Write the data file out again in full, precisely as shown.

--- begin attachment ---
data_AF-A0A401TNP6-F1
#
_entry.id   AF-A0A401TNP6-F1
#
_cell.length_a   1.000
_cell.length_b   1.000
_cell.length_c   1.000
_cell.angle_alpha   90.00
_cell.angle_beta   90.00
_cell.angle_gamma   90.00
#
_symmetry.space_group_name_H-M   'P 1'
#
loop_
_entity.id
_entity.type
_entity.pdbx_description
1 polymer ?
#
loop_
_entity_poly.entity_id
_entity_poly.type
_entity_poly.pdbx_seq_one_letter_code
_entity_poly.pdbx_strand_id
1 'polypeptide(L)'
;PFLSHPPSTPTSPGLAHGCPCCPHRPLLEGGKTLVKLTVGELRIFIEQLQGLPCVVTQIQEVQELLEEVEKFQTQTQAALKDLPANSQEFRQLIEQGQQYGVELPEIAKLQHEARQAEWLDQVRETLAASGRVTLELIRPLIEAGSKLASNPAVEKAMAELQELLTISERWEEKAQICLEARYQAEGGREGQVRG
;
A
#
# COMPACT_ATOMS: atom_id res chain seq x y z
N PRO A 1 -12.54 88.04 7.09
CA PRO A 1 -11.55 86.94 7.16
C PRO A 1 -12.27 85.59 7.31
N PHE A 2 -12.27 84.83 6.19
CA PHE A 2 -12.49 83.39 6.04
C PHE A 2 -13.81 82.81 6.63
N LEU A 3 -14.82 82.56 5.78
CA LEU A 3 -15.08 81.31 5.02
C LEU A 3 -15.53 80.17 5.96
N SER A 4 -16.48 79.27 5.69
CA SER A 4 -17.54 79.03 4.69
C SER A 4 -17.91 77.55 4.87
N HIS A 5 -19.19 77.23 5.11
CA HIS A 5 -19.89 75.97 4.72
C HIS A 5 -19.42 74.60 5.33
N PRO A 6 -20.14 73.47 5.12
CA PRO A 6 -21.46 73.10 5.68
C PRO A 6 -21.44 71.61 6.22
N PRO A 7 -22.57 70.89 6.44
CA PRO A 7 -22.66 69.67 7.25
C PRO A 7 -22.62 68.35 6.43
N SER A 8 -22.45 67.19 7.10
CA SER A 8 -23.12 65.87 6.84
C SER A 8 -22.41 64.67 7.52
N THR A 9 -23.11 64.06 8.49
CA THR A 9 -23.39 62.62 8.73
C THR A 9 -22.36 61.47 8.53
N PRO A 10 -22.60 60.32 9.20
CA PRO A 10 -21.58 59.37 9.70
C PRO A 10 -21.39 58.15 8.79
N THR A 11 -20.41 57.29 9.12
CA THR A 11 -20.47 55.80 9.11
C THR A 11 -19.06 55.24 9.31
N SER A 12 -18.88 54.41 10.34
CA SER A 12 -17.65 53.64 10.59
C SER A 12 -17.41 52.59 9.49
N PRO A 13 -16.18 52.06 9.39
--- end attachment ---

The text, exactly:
data_AF-A0A401TNP6-F1
#
_entry.id   AF-A0A401TNP6-F1
#
_cell.length_a   1.000
_cell.length_b   1.000
_cell.length_c   1.000
_cell.angle_alpha   90.00
_cell.angle_beta   90.00
_cell.angle_gamma   90.00
#
_symmetry.space_group_name_H-M   'P 1'
#
loop_
_entity.id
_entity.type
_entity.pdbx_description
1 polymer ?
#
loop_
_entity_poly.entity_id
_entity_poly.type
_entity_poly.pdbx_seq_one_letter_code
_entity_poly.pdbx_strand_id
1 'polypeptide(L)'
;PFLSHPPSTPTSPGLAHGCPCCPHRPLLEGGKTLVKLTVGELRIFIEQLQGLPCVVTQIQEVQELLEEVEKFQTQTQAALKDLPANSQEFRQLIEQGQQYGVELPEIAKLQHEARQAEWLDQVRETLAASGRVTLELIRPLIEAGSKLASNPAVEKAMAELQELLTISERWEEKAQICLEARYQAEGGREGQVRG
;
A
#
# COMPACT_ATOMS: atom_id res chain seq x y z
N PRO A 1 -12.54 88.04 7.09
CA PRO A 1 -11.55 86.94 7.16
C PRO A 1 -12.27 85.59 7.31
N PHE A 2 -12.27 84.83 6.19
CA PHE A 2 -12.49 83.39 6.04
C PHE A 2 -13.81 82.81 6.63
N LEU A 3 -14.82 82.56 5.78
CA LEU A 3 -15.08 81.31 5.02
C LEU A 3 -15.53 80.17 5.96
N SER A 4 -16.48 79.27 5.69
CA SER A 4 -17.54 79.03 4.69
C SER A 4 -17.91 77.55 4.87
N HIS A 5 -19.19 77.23 5.11
CA HIS A 5 -19.89 75.97 4.72
C HIS A 5 -19.42 74.60 5.33
N PRO A 6 -20.14 73.47 5.12
CA PRO A 6 -21.46 73.10 5.68
C PRO A 6 -21.44 71.61 6.22
N PRO A 7 -22.57 70.89 6.44
CA PRO A 7 -22.66 69.67 7.25
C PRO A 7 -22.62 68.35 6.43
N SER A 8 -22.45 67.19 7.10
CA SER A 8 -23.12 65.87 6.84
C SER A 8 -22.41 64.67 7.52
N THR A 9 -23.11 64.06 8.49
CA THR A 9 -23.39 62.62 8.73
C THR A 9 -22.36 61.47 8.53
N PRO A 10 -22.60 60.32 9.20
CA PRO A 10 -21.58 59.37 9.70
C PRO A 10 -21.39 58.15 8.79
N THR A 11 -20.41 57.29 9.12
CA THR A 11 -20.47 55.80 9.11
C THR A 11 -19.06 55.24 9.31
N SER A 12 -18.88 54.41 10.34
CA SER A 12 -17.65 53.64 10.59
C SER A 12 -17.41 52.59 9.49
N PRO A 13 -16.18 52.06 9.39